A former Cosatu unionist, Komape was appointed to the Seta’s board by the higher education and training minister, Blade Nzimande, in 2011.
Komape claimed the Seta’s management entered into the contracts erroneously, and so should not be honoured. Only bursary contracts with universities and learnerships at big food and beverage companies were recognised.
SMME trainers were not supposed to be appointed this year because of outstanding policies in the Seta, and the FET contracts are downright flawed, said Komape.
“We have no contract with SMME [trainers]. We’ve got no obligation to any SMME [trainer]. If they [management] believe they are right to pay, they must go ahead and pay. Where we’re sitting, we’ve got no obligation to pay any SMME.
“We’ve never decided to pay; we’re still waiting for procedure to deal with that. In the absence of policy, how then do we entertain payment of any SMME? We can’t talk of paying any SMME. We don’t know any SMME at FoodBev at this stage.”
No SMME agreements in place?
Komape claimed millions of rands “have already been paid [to the trainers], and others are claiming”.
“Our concern as a board is that people are taking the institution for a ride. You cannot have a situation where people just come with a list and say these are the SMMEs we trained. But who said you must train them? Anyone can just come to the Seta and make money, I can tell you, and be a millionaire overnight. That’s why we have to stop that.”
He said management “signed blanket agreements with FETs”. “Most of those agreements have no annexures [detailing] what is the obligation of the Seta and what is the obligation of the FET. That’s the first problem. We [as the board] said, you signed but what is our obligation.”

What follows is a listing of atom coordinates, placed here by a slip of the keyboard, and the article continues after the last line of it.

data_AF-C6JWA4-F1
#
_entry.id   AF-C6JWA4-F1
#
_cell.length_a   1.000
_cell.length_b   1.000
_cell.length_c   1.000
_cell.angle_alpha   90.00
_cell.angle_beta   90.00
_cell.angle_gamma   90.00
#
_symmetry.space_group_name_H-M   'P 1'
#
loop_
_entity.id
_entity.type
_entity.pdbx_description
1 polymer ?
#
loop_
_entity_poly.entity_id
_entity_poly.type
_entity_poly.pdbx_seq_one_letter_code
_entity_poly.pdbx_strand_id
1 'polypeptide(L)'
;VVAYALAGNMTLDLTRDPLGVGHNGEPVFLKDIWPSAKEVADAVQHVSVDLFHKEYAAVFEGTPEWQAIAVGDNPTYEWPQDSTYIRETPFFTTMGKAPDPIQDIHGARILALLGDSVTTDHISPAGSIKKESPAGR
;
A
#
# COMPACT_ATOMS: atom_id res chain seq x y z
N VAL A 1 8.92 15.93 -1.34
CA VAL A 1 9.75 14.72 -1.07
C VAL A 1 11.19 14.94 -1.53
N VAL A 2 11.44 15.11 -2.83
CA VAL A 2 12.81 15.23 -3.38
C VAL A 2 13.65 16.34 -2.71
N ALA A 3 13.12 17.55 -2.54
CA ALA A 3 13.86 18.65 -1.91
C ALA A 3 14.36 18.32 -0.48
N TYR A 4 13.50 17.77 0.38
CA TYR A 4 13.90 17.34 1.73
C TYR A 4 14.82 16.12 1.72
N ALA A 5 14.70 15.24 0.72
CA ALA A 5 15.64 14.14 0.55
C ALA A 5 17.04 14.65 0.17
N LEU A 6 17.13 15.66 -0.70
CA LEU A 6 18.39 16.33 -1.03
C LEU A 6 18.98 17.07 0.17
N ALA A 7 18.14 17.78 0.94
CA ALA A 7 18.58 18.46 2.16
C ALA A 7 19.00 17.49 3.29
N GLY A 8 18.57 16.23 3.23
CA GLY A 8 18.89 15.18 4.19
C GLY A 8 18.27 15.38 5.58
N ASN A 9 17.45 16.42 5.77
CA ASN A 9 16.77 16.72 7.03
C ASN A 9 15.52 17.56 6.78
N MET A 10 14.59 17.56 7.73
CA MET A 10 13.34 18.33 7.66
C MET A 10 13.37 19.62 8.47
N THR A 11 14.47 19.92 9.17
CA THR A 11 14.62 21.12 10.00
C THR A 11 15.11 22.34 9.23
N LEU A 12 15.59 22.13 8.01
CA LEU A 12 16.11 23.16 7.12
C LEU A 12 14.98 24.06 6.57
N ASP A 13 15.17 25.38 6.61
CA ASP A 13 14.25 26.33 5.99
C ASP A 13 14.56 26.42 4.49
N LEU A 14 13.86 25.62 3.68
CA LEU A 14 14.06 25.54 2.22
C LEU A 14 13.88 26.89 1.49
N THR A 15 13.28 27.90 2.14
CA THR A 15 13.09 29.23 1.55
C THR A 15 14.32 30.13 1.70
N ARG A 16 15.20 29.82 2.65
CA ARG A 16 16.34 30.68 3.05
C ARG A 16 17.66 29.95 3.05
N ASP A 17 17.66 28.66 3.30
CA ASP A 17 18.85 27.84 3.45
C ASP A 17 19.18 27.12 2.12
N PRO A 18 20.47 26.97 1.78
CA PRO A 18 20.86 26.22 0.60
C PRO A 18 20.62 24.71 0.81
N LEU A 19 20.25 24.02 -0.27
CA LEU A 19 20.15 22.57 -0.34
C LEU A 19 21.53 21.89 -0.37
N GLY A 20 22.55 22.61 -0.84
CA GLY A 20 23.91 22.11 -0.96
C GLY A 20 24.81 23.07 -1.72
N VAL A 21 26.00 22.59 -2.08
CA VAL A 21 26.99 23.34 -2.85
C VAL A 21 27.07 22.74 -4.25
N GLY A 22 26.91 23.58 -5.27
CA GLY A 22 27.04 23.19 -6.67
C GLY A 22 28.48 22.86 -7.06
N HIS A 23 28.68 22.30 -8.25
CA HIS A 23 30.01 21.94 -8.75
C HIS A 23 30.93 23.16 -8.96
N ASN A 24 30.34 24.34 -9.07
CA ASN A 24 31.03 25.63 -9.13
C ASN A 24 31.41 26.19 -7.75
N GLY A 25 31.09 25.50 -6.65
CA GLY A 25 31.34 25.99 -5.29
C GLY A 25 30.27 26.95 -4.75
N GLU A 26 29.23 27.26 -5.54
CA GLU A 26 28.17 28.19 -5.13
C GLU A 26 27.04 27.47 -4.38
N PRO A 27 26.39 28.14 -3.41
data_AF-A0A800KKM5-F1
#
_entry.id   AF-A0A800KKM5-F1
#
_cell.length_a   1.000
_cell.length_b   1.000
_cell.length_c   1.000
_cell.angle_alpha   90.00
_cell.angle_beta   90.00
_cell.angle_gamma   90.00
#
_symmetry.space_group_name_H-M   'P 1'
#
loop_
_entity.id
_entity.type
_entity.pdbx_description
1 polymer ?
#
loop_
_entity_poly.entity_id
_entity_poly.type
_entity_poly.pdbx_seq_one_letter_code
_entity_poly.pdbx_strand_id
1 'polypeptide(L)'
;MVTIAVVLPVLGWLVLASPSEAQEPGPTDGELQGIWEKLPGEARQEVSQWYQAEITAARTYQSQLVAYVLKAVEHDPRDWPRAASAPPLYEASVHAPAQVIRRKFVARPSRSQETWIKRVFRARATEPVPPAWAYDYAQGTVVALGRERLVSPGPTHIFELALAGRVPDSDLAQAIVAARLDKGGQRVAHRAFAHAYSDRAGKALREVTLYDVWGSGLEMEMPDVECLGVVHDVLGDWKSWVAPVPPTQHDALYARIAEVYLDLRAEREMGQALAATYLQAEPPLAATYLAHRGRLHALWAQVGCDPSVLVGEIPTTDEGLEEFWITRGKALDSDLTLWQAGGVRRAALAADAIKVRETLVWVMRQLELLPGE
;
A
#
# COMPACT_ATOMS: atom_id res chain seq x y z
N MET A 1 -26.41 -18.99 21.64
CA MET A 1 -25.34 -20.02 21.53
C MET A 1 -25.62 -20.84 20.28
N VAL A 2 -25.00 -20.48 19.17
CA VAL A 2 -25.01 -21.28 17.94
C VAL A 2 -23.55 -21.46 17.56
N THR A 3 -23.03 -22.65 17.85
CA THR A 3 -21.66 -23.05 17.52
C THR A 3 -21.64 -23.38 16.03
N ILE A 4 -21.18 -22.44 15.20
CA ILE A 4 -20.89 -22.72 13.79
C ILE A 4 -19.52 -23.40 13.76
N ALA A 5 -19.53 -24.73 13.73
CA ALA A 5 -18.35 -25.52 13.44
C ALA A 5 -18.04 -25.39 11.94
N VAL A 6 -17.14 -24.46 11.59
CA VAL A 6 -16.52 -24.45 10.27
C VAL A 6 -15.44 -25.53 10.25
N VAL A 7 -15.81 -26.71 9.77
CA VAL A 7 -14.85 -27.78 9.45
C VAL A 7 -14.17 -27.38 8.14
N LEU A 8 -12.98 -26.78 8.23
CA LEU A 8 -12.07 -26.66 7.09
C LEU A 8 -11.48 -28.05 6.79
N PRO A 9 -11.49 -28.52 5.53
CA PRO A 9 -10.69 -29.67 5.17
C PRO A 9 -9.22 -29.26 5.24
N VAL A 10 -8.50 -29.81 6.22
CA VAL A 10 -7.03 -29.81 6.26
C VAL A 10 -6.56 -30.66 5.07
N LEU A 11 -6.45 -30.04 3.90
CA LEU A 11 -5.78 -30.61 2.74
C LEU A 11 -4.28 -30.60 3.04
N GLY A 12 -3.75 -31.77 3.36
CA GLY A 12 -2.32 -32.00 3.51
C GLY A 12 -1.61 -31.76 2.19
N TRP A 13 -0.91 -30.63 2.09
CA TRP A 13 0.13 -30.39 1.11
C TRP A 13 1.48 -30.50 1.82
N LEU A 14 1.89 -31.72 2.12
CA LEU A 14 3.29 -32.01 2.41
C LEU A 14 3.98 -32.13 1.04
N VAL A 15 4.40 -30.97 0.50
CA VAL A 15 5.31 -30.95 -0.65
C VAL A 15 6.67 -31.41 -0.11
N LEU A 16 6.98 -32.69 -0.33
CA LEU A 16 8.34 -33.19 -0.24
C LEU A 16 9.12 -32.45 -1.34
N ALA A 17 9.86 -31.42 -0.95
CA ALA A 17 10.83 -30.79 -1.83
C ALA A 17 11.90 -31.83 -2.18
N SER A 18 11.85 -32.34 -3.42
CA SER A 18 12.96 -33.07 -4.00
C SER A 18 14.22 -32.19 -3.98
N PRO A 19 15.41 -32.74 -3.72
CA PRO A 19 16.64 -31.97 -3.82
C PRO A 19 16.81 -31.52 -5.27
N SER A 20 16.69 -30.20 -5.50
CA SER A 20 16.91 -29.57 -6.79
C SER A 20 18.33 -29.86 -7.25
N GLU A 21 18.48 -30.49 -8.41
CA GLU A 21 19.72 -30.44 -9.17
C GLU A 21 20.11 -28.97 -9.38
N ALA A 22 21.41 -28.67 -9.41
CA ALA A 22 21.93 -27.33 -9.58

Mokadi Mathye, the Seta’s chief executive, was not available for comment.
But staff members have confirmed the debacle that’s led to learnership students and training providers not being paid. The employees accused Komape of interfering in administrative duties of the Seta.
“Indeed they [FET students in learnerships] are not being paid [their stipends]. The whole issue involves someone who thinks they shouldn’t be paid. But they should be paid because they have submitted all required documents, and the actual contracts were approved.”
A nationwide issue
The source revealed student bursaries in “eight or so” colleges, allegedly including Gert Sibande FET in Mpumalanga, Motheo and Flavius Mareka FETs in Free State and Goldfields FET in the Eastern Cape, have also not been paid.
“Students there are [also] waiting for their bursaries. They all applied and were approved, but the board chairperson [Komape] decided that they should not be paid.”
The department of higher education and training now wants answers from FoodBev over leaving FET students in the lurch, according to its spokesperson Khaye Nkwanyana.
“The department is aware of the reports from FET college students who have not been paid and as such, the department brought this to the attention of the Seta. The department is waiting the report/response from the chief executive of the Seta about this matter,” said Nkwanyana.